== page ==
A variety of articulations are needed in piano—as you know—and you will eventually need to master all of them. Although I don't think you need to worry about that right now, you might find it beneficial to practice these exercises in different ways: legato, staccato, everything in-between and in any mixture you wish.

I honestly think you're overthinking and overanalyzing, and imagining a problem to exist that isn't really an issue. "Lightly lifting the finger off the key" sounds right, but that phrase could describe other articulations, too. Your teacher can demonstrate what to do; it's more easily shown than described in writing.

Sorry I couldn't be more helpful. I tried!


#1166746 - 03/22/09 09:56 AM Re: legato and non legato [Re: sotto voce]
crazy-b Offline
Junior Member

Registered: 01/22/09
Posts: 4
Loc: timisoara
you were very helpful. only that we misunderstood each other. thank you. thumb

Edited by crazy-b (03/22/09 09:59 AM)

#1166747 - 03/22/09 09:58 AM Re: legato and non legato [Re: crazy-b]
sotto voce Offline
6000 Post Club Member

Registered: 08/15/06
Posts: 6163
Loc: Briarcliff Manor, NY, USA
BTW, I came across a great quotation attributed to Debussy:

"Music is the space between the notes."


#1166759 - 03/22/09 10:35 AM Re: legato and non legato [Re: sotto voce]
DragonPianoPlayer Offline
2000 Post Club Member

Registered: 12/12/06
Posts: 2462
Loc: Denver, CO
Non-legato does not mean detached.

Think of it this way:

Legato is like walking. When you walk, you put one foot down and then left the other. For a moment, both feet are on the ground. When playing piano legato, for a moment both notes are being held. At first you exaggerate the motion, but as you learn what it sounds like, it becomes a very smooth transfer of weight.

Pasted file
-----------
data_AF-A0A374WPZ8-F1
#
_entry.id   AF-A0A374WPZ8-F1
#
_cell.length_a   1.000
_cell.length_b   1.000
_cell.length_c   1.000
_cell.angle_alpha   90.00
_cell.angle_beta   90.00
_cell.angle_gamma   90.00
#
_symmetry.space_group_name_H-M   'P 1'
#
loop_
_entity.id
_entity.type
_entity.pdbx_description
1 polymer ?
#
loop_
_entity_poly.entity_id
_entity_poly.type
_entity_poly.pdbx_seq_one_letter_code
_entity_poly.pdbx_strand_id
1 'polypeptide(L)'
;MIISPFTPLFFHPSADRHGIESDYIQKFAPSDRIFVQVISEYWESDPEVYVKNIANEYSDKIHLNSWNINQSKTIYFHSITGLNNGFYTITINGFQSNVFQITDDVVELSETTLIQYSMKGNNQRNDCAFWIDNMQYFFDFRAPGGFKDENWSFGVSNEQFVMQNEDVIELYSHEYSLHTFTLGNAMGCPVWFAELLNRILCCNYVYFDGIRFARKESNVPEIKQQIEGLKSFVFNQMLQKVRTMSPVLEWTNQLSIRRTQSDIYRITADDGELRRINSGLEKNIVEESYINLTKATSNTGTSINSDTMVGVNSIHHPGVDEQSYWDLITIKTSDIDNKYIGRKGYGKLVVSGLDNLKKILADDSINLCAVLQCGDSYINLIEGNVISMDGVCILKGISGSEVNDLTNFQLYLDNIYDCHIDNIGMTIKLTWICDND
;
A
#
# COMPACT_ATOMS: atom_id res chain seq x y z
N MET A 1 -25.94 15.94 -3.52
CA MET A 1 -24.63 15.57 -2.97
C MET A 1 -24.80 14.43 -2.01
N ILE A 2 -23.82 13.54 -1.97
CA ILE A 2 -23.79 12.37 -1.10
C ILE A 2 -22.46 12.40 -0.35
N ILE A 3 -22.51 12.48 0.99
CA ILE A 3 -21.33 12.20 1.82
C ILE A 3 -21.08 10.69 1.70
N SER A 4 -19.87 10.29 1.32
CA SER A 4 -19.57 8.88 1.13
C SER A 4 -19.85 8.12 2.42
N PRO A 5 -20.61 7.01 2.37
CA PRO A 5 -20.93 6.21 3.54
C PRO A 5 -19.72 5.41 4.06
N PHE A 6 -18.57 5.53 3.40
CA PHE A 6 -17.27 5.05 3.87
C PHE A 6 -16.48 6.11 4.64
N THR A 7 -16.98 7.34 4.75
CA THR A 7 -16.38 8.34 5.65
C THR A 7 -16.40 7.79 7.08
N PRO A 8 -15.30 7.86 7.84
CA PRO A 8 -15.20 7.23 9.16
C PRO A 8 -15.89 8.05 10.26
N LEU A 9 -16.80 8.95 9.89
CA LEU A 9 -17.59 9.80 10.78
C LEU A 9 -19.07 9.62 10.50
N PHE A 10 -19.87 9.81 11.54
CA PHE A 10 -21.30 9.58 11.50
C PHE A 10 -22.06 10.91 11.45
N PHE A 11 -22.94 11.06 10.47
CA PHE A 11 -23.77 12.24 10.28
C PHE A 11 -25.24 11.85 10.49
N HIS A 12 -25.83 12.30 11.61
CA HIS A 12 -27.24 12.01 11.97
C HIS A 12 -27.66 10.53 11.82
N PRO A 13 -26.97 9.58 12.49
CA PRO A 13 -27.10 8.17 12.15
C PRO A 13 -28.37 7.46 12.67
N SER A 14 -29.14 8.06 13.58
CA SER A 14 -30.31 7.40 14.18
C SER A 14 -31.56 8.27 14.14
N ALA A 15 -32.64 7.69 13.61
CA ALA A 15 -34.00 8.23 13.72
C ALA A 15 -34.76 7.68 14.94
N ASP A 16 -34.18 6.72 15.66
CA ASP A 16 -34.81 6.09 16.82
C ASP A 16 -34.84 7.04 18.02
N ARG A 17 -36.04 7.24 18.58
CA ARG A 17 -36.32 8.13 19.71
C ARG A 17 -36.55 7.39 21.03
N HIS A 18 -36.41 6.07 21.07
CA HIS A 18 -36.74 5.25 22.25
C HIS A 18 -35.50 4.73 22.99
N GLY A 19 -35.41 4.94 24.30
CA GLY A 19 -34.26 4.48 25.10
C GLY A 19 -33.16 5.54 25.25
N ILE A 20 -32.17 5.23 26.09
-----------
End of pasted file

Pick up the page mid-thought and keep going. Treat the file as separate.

Non-legato is like marching. When you march (I'll use marching in place as an example), when one foot goes down, the other comes up. That doesn't mean that there is a point where neither foot is on the ground. It does mean that there is a nearly simultaneous transfer of weight.

Staccato is like the various hopping, jumping, or running steps. There can be various lengths of time where neither foot is on the ground. This is what you are thinking of as detached.

Finally, the first few exercises of Czerny Opus 599 or 823 are beginning exercises. He hasn't taught legato yet, so there is nothing to compare non-legato to.


#1166777 - 03/22/09 11:33 AM Re: legato and non legato [Re: DragonPianoPlayer]
sotto voce Offline
6000 Post Club Member

Registered: 08/15/06
Posts: 6163
Loc: Briarcliff Manor, NY, USA
I guess everybody thinks of these concepts of connection and disconnection in different ways. It makes sense to me to think of non-legato as "nearly simultaneous transfer," in which case I'd characterize legato as simultaneous transfer. Describing legato as a moment when both notes are being held suggests an overlap, though, and that doesn't seem quite accurate.

FWIW, I would resist comparing staccato to running, hopping or jumping because they convey an image of percussive motion. Staccato is often erroneously associated with a marcato or martellato dynamic accent, and I wouldn't want to reinforce that misconception.